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Shorter vs Longer Immobilization After Surgery for Thumb Carpometacarpal Osteoarthritis: A Propensity Score-Matched Study

  • Author Footnotes
    ∗ Tsehaie and Wouters contributed equally to this article.
    Jonathan Tsehaie
    Correspondence
    Corresponding author Jonathan Tsehaie, BSc, Erasmus MC Rotterdam, Dr Molewaterplein 50, Room EE 15.91b, 3015 GE Rotterdam, The Netherlands .
    Footnotes
    ∗ Tsehaie and Wouters contributed equally to this article.
    Affiliations
    Department of Plastic, Reconstructive and Hand Surgery, Erasmus Medical Center, Rotterdam, the Netherlands

    Hand and Wrist Center, Xpert Clinic, Rotterdam, the Netherlands

    Department of Rehabilitation Medicine, Erasmus Medical Center, Rotterdam, the Netherlands
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  • Author Footnotes
    ∗ Tsehaie and Wouters contributed equally to this article.
    Robbert M. Wouters
    Footnotes
    ∗ Tsehaie and Wouters contributed equally to this article.
    Affiliations
    Department of Plastic, Reconstructive and Hand Surgery, Erasmus Medical Center, Rotterdam, the Netherlands

    Department of Rehabilitation Medicine, Erasmus Medical Center, Rotterdam, the Netherlands

    Center for Hand Therapy, Handtherapie Nederland, Utrecht, the Netherlands
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  • Reinier Feitz
    Affiliations
    Hand and Wrist Center, Xpert Clinic, Rotterdam, the Netherlands
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  • Harm P. Slijper
    Affiliations
    Hand and Wrist Center, Xpert Clinic, Rotterdam, the Netherlands
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  • Steven E.R. Hovius
    Affiliations
    Department of Plastic, Reconstructive and Hand Surgery, Erasmus Medical Center, Rotterdam, the Netherlands

    Hand and Wrist Center, Xpert Clinic, Rotterdam, the Netherlands
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  • Ruud W. Selles
    Affiliations
    Department of Plastic, Reconstructive and Hand Surgery, Erasmus Medical Center, Rotterdam, the Netherlands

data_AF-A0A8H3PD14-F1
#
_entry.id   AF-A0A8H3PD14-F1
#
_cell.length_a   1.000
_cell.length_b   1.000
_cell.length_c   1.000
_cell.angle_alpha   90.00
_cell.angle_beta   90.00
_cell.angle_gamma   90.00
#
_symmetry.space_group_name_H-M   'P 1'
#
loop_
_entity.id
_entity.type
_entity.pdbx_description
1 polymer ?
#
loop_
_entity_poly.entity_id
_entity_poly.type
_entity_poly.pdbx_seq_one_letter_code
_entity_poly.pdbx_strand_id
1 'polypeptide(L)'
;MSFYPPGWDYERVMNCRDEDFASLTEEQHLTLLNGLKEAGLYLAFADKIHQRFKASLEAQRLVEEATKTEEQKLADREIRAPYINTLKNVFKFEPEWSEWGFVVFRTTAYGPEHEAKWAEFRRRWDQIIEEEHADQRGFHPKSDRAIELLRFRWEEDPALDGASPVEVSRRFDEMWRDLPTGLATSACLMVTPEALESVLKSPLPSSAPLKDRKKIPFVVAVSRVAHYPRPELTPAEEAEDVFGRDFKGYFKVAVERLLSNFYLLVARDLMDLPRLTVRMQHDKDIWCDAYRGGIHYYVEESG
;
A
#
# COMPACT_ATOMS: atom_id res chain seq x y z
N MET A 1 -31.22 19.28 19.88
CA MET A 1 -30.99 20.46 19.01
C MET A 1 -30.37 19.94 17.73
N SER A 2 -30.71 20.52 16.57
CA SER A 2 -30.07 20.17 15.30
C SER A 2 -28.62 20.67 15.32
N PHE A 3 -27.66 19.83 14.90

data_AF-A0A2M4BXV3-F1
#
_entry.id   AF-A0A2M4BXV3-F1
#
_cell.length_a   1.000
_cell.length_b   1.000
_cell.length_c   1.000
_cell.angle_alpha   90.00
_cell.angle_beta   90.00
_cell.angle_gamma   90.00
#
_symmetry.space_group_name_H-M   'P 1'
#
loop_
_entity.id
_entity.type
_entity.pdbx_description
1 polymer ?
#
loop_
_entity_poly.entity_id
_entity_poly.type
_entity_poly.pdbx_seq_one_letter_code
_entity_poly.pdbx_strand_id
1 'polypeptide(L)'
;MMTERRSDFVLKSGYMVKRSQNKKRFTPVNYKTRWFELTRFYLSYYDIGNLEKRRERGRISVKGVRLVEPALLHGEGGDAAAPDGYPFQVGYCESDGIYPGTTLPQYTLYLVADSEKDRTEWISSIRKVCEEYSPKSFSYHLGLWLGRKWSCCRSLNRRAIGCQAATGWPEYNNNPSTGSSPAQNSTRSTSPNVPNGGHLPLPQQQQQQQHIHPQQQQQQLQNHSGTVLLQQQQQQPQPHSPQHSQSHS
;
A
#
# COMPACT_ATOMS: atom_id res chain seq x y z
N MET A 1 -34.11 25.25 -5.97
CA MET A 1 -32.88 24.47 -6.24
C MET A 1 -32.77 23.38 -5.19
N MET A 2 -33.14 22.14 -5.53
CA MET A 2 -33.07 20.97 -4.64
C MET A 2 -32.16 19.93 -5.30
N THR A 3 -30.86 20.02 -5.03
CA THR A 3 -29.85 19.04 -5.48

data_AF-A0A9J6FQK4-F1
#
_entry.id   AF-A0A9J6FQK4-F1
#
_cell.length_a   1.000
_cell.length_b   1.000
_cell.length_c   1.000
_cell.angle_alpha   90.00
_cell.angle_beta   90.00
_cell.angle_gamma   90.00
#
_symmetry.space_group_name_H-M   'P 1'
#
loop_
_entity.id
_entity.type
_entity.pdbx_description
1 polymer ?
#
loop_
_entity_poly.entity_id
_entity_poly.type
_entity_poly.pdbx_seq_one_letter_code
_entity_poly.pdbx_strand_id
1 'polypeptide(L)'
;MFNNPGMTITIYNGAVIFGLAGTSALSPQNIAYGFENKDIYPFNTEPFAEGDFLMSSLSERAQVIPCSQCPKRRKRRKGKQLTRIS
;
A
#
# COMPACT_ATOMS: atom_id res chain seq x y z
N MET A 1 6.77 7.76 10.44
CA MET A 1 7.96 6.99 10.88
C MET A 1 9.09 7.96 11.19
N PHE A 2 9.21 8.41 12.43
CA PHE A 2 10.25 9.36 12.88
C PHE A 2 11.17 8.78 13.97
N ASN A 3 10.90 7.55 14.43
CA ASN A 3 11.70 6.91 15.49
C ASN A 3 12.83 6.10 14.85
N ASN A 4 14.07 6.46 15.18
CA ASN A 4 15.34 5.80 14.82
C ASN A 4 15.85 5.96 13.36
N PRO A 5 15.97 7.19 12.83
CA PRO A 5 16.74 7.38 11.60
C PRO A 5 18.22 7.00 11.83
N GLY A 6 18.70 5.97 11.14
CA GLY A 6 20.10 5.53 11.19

Department of Rehabilitation Medicine, Erasmus Medical Center, Rotterdam, the Netherlands
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  • theHand-Wrist Study Group
  • Author Footnotes
    ∗ Tsehaie and Wouters contributed equally to this article.
Published:April 23, 2019DOI:https://doi.org/10.1016/j.apmr.2019.02.016

      Abstract

      Objective

      To investigate if shorter immobilization is noninferior to longer immobilization after Weilby procedure for thumb carpometacarpal osteoarthritis

      Design

      Prospective cohort study with propensity score matching.

      Setting

      Data collection took place in 16 outpatient clinics for hand surgery and hand therapy.

      Participants

      A total of 131 participants with shorter immobilization and 131 participants with longer immobilization (N=262).

      Intervention

      Shorter immobilization (3-5 days plaster cast followed by a thumb spica orthosis including wrist until 4 weeks postoperatively) was compared with longer immobilization (10-14 days plaster cast followed by a thumb spica orthosis including wrist until 6 weeks postoperatively) after Weilby procedure for first carpometacarpal joint osteoarthritis. Propensity score matching was used to control for confounders.

      Main Outcome Measures

      Outcomes were pain measured with a visual analog scale and hand function measured with the Michigan Hand Outcomes Questionnaire at 3 and 12 months. Secondary outcomes were complications, range of motion, grip and pinch strength, satisfaction with treatment, and return to work.

      Results

      No significant differences were found in visual analog scale pain (effect size, 0.03; 95% confidence interval [CI], −0.21 to 0.27) or the Michigan Hand Outcomes Questionnaire (effect size, 0.01; 95% CI, −0.23 to 0.25) between the groups at 3 months or at 12 months. Furthermore, no differences were found in complication rate or in other secondary outcomes.

      Conclusions

      In conclusion, shorter immobilization of 3-5 days of a plaster cast after Weilby procedure is equal to longer immobilization for outcomes on pain, hand function, and our secondary outcomes. These results indicate that shorter immobilization is safe and can be recommended, since discomfort of longer immobilization may be prevented and patients may be able to recover sooner, which may lead to reduced loss of productivity. Future studies need to investigate effectiveness of early active and more progressive hand therapy following first carpometacarpal joint arthroplasty.

      Keywords

      List of abbreviations:

      CMC-1 (first carpometacarpal joint), FCR (flexor carpi radialis), MCP-1 (first metacarpophalangeal joint), MHQ (Michigan Hand Outcomes Questionnaire), OA (osteoarthritis), ROM (range of motion), VAS (visual analog scale)
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